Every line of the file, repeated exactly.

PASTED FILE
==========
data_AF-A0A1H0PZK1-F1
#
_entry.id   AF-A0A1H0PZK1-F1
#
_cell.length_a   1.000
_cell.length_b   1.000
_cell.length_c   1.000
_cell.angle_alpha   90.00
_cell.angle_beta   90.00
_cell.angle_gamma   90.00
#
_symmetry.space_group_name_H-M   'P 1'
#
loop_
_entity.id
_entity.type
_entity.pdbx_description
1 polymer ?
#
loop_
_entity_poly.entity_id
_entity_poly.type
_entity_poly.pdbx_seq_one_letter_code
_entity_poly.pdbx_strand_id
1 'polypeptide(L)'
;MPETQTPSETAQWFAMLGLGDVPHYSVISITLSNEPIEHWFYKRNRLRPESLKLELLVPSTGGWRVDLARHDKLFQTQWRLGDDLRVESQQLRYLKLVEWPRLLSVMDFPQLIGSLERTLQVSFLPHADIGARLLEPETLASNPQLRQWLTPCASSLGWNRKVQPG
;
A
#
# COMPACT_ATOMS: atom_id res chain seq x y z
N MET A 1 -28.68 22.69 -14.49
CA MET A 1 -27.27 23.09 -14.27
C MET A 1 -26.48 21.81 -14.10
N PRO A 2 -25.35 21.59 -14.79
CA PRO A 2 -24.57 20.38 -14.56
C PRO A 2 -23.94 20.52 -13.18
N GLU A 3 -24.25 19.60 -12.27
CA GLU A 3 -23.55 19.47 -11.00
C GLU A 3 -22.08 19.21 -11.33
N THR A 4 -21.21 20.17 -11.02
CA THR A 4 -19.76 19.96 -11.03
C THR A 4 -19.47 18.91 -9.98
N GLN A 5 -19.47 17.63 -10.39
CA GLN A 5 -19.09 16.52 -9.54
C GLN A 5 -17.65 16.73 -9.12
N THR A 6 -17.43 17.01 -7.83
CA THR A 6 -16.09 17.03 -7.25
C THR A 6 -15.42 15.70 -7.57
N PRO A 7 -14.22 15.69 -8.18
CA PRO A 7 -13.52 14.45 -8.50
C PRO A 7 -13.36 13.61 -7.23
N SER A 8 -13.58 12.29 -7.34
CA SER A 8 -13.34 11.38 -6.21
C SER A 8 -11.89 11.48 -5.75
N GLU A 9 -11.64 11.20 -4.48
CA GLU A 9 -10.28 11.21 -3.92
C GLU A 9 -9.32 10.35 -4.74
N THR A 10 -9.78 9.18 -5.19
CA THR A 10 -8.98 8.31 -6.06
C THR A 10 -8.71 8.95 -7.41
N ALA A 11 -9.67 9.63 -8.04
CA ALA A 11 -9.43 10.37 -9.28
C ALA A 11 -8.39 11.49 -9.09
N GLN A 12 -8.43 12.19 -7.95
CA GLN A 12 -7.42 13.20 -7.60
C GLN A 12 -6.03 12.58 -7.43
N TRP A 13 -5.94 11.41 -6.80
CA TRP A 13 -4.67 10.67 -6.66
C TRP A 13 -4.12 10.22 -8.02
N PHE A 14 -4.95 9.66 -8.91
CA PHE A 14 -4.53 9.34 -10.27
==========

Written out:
data_AF-A0A1H0PZK1-F1
#
_entry.id   AF-A0A1H0PZK1-F1
#
_cell.length_a   1.000
_cell.length_b   1.000
_cell.length_c   1.000
_cell.angle_alpha   90.00
_cell.angle_beta   90.00
_cell.angle_gamma   90.00
#
_symmetry.space_group_name_H-M   'P 1'
#
loop_
_entity.id
_entity.type
_entity.pdbx_description
1 polymer ?
#
loop_
_entity_poly.entity_id
_entity_poly.type
_entity_poly.pdbx_seq_one_letter_code
_entity_poly.pdbx_strand_id
1 'polypeptide(L)'
;MPETQTPSETAQWFAMLGLGDVPHYSVISITLSNEPIEHWFYKRNRLRPESLKLELLVPSTGGWRVDLARHDKLFQTQWRLGDDLRVESQQLRYLKLVEWPRLLSVMDFPQLIGSLERTLQVSFLPHADIGARLLEPETLASNPQLRQWLTPCASSLGWNRKVQPG
;
A
#
# COMPACT_ATOMS: atom_id res chain seq x y z
N MET A 1 -28.68 22.69 -14.49
CA MET A 1 -27.27 23.09 -14.27
C MET A 1 -26.48 21.81 -14.10
N PRO A 2 -25.35 21.59 -14.79
CA PRO A 2 -24.57 20.38 -14.56
C PRO A 2 -23.94 20.52 -13.18
N GLU A 3 -24.25 19.60 -12.27
CA GLU A 3 -23.55 19.47 -11.00
C GLU A 3 -22.08 19.21 -11.33
N THR A 4 -21.21 20.17 -11.02
CA THR A 4 -19.76 19.96 -11.03
C THR A 4 -19.47 18.91 -9.98
N GLN A 5 -19.47 17.63 -10.39
CA GLN A 5 -19.09 16.52 -9.54
C GLN A 5 -17.65 16.73 -9.12
N THR A 6 -17.43 17.01 -7.83
CA THR A 6 -16.09 17.03 -7.25
C THR A 6 -15.42 15.70 -7.57
N PRO A 7 -14.22 15.69 -8.18
CA PRO A 7 -13.52 14.45 -8.50
C PRO A 7 -13.36 13.61 -7.23
N SER A 8 -13.58 12.29 -7.34
CA SER A 8 -13.34 11.38 -6.21
C SER A 8 -11.89 11.48 -5.75
N GLU A 9 -11.64 11.20 -4.48
CA GLU A 9 -10.28 11.21 -3.92
C GLU A 9 -9.32 10.35 -4.74
N THR A 10 -9.78 9.18 -5.19
CA THR A 10 -8.98 8.31 -6.06
C THR A 10 -8.71 8.95 -7.41
N ALA A 11 -9.67 9.63 -8.04
CA ALA A 11 -9.43 10.37 -9.28
C ALA A 11 -8.39 11.49 -9.09
N GLN A 12 -8.43 12.19 -7.95
CA GLN A 12 -7.42 13.20 -7.60
C GLN A 12 -6.03 12.58 -7.43
N TRP A 13 -5.94 11.41 -6.80
CA TRP A 13 -4.67 10.67 -6.66
C TRP A 13 -4.12 10.22 -8.02
N PHE A 14 -4.95 9.66 -8.91
CA PHE A 14 -4.53 9.34 -10.27